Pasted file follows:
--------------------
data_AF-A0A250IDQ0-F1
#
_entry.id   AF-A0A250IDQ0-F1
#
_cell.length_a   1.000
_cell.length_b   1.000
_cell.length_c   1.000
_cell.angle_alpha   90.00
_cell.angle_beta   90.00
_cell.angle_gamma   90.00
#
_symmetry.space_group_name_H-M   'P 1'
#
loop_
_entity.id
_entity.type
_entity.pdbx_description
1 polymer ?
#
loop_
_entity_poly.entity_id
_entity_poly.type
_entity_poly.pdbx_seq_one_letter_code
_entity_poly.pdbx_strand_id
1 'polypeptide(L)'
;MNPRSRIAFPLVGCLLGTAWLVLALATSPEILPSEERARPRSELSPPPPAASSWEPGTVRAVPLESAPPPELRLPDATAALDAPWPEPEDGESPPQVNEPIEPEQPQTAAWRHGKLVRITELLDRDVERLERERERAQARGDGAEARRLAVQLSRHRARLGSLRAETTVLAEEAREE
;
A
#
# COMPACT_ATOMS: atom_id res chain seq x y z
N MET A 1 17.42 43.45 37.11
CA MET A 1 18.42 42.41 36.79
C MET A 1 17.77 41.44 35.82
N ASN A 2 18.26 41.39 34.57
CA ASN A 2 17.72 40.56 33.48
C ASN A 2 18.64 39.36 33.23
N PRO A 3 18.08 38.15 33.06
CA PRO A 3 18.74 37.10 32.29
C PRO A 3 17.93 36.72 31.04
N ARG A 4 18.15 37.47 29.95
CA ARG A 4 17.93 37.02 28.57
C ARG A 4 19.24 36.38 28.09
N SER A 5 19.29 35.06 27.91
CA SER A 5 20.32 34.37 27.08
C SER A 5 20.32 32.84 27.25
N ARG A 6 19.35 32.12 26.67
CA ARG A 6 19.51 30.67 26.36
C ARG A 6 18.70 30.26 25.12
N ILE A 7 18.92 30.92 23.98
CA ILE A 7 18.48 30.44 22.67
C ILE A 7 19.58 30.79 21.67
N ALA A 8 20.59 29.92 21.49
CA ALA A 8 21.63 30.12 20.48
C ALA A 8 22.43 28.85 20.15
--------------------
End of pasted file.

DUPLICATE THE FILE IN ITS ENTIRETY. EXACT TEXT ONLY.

data_AF-A0A250IDQ0-F1
#
_entry.id   AF-A0A250IDQ0-F1
#
_cell.length_a   1.000
_cell.length_b   1.000
_cell.length_c   1.000
_cell.angle_alpha   90.00
_cell.angle_beta   90.00
_cell.angle_gamma   90.00
#
_symmetry.space_group_name_H-M   'P 1'
#
loop_
_entity.id
_entity.type
_entity.pdbx_description
1 polymer ?
#
loop_
_entity_poly.entity_id
_entity_poly.type
_entity_poly.pdbx_seq_one_letter_code
_entity_poly.pdbx_strand_id
1 'polypeptide(L)'
;MNPRSRIAFPLVGCLLGTAWLVLALATSPEILPSEERARPRSELSPPPPAASSWEPGTVRAVPLESAPPPELRLPDATAALDAPWPEPEDGESPPQVNEPIEPEQPQTAAWRHGKLVRITELLDRDVERLERERERAQARGDGAEARRLAVQLSRHRARLGSLRAETTVLAEEAREE
;
A
#
# COMPACT_ATOMS: atom_id res chain seq x y z
N MET A 1 17.42 43.45 37.11
CA MET A 1 18.42 42.41 36.79
C MET A 1 17.77 41.44 35.82
N ASN A 2 18.26 41.39 34.57
CA ASN A 2 17.72 40.56 33.48
C ASN A 2 18.64 39.36 33.23
N PRO A 3 18.08 38.15 33.06
CA PRO A 3 18.74 37.10 32.29
C PRO A 3 17.93 36.72 31.04
N ARG A 4 18.15 37.47 29.95
CA ARG A 4 17.93 37.02 28.57
C ARG A 4 19.24 36.38 28.09
N SER A 5 19.29 35.06 27.91
CA SER A 5 20.32 34.37 27.08
C SER A 5 20.32 32.84 27.25
N ARG A 6 19.35 32.12 26.67
CA ARG A 6 19.51 30.67 26.36
C ARG A 6 18.70 30.26 25.12
N ILE A 7 18.92 30.92 23.98
CA ILE A 7 18.48 30.44 22.67
C ILE A 7 19.58 30.79 21.67
N ALA A 8 20.59 29.92 21.49
CA ALA A 8 21.63 30.12 20.48
C ALA A 8 22.43 28.85 20.15